From the archive: December 2, 1944
Editor’s note: The cigarette industry saw a great boom during World War II. Cigs were distributed in troops’ rations and smoking rose on the homefront — except in December 1944, when there were shortages at home and abroad. Half a century later, one columnist calculated that War Department cigarettes may have sent more U.S. soldiers to early graves than did Axis bullets.
Lt. Gen. Brehon Somervell, commanding general of the Army Service Forces, 30 Nov. issued an order forbidding immediately any sales of cigarettes in commissaries. Reports from overseas to ASF Headquarters indicate that there has been considerable pilferage of cigarette supplies, probably amounting to carloads. This is in a way understandable, as supplies unloaded at beachheads must of necessity be delayed at that point, priority being given to critically needed ammunition and supplies. This, as explained by the War Department, has often caused the delay in getting cigarettes to the men in the battle lines. It also would explain cigarettes remaining for considerable time in unprotected storage.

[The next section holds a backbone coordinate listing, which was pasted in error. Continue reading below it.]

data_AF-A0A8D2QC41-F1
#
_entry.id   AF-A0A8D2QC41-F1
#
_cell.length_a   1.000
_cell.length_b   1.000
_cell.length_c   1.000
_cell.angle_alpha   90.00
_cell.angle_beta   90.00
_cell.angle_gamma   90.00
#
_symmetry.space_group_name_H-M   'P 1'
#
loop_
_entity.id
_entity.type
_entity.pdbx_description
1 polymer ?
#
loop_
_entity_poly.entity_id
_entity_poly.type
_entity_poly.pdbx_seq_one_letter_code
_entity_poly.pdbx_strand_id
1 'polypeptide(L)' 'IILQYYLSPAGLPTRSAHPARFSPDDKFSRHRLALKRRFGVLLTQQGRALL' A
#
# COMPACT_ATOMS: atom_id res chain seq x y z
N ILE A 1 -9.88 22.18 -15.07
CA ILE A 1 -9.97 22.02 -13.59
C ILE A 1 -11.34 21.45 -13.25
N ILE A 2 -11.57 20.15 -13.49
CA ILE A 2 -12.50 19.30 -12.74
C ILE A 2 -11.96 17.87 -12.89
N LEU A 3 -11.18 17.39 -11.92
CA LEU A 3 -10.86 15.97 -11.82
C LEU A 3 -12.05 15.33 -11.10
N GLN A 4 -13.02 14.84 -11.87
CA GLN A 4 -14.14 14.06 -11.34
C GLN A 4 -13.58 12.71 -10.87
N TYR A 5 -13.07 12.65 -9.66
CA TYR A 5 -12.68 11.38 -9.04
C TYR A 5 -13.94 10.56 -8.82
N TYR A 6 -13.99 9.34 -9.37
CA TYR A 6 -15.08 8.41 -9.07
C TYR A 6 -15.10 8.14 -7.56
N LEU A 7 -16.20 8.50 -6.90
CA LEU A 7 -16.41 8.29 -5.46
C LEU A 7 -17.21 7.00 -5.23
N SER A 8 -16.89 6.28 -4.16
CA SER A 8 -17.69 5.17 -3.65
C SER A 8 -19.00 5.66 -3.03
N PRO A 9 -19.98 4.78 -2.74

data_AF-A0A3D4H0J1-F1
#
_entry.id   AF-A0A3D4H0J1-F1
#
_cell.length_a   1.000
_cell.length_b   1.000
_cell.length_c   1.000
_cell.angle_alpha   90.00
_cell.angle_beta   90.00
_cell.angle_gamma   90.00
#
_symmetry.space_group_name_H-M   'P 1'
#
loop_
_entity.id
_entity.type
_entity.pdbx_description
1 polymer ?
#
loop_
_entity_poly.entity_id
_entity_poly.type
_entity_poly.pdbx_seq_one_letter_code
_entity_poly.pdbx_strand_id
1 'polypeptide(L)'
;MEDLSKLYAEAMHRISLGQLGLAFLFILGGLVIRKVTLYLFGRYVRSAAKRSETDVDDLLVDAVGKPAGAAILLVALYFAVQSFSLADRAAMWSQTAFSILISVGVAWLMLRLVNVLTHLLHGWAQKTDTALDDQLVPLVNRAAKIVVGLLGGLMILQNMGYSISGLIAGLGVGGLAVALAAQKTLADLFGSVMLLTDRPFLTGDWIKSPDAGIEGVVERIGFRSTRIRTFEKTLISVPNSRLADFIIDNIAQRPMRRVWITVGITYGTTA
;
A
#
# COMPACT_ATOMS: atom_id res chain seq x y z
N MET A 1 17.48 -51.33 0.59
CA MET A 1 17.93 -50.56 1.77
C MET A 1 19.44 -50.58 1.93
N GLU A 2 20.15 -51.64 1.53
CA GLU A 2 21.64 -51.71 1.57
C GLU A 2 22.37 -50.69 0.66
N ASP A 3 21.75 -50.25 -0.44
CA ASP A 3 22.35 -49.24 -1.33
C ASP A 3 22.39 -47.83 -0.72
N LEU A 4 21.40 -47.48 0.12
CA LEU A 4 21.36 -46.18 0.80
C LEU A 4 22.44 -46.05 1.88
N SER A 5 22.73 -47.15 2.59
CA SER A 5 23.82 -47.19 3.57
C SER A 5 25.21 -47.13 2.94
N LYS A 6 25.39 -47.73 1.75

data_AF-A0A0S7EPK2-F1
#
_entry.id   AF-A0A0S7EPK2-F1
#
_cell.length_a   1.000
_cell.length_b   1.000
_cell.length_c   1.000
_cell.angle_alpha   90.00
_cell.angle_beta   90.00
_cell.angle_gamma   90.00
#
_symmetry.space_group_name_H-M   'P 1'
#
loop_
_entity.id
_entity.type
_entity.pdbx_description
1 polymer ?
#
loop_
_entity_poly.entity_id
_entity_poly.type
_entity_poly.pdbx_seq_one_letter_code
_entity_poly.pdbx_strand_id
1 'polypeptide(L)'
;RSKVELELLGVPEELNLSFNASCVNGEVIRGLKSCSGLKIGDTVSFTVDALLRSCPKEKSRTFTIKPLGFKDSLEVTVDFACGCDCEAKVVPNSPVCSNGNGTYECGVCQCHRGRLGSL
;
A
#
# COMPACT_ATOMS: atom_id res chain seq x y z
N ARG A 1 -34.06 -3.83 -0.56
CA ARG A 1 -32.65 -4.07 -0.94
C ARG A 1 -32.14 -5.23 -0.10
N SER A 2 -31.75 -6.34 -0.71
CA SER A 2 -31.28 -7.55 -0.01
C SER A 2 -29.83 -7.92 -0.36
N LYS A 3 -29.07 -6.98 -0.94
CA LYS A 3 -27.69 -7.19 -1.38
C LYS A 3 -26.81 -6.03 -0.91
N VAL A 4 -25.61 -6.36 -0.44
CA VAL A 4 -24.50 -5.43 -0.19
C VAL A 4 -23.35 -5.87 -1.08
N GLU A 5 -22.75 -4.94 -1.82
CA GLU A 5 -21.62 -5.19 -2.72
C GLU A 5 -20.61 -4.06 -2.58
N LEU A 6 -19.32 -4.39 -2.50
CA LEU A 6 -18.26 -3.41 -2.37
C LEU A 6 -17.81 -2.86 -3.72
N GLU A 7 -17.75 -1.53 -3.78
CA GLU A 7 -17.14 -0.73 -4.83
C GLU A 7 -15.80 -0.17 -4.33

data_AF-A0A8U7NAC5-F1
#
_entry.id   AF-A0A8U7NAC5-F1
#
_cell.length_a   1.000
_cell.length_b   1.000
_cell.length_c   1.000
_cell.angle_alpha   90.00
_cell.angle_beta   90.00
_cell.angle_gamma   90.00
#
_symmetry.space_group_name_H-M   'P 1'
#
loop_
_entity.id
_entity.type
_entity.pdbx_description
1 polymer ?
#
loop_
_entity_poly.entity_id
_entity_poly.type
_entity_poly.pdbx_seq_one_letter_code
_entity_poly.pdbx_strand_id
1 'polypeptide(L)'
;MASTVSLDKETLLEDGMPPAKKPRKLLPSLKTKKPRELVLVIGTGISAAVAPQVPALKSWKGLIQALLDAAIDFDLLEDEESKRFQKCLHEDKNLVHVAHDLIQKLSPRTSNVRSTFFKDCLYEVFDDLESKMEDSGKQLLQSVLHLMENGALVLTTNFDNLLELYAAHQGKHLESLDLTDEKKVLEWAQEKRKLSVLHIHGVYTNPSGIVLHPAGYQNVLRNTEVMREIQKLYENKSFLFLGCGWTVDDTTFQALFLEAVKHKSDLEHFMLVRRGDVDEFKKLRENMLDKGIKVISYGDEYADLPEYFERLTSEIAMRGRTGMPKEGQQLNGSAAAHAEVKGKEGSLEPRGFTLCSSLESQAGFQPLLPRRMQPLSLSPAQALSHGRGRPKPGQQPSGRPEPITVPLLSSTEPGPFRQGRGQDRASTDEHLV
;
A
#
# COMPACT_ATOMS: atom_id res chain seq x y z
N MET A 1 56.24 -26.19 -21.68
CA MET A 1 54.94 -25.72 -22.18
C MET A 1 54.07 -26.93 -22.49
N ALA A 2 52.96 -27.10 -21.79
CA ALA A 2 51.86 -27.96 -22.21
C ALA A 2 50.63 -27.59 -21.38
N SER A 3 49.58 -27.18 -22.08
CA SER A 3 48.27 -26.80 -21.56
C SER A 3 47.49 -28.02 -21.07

As the House Agricultural Committee started inquiring into the shortage this week it developed that there is an 18-month supply of cigarette tobacco in the United States. A spokesman for the Senate War Investigating Committee said that a preliminary report on the shortage would probably be made within the next few days.
The War Department has stated during the past six months cigarettes supplied from depots in this country for use in the European theater were roughly equivalent to the amount which would supply one and one-half packs of cigarettes per man per day.
It has been reported that German prisoners in the European theater are still getting a plentiful supply of cigarettes, in line with the carrying out of promises extended to them in leaflets promising treatment comparable to that of American troops in the event of their surrender.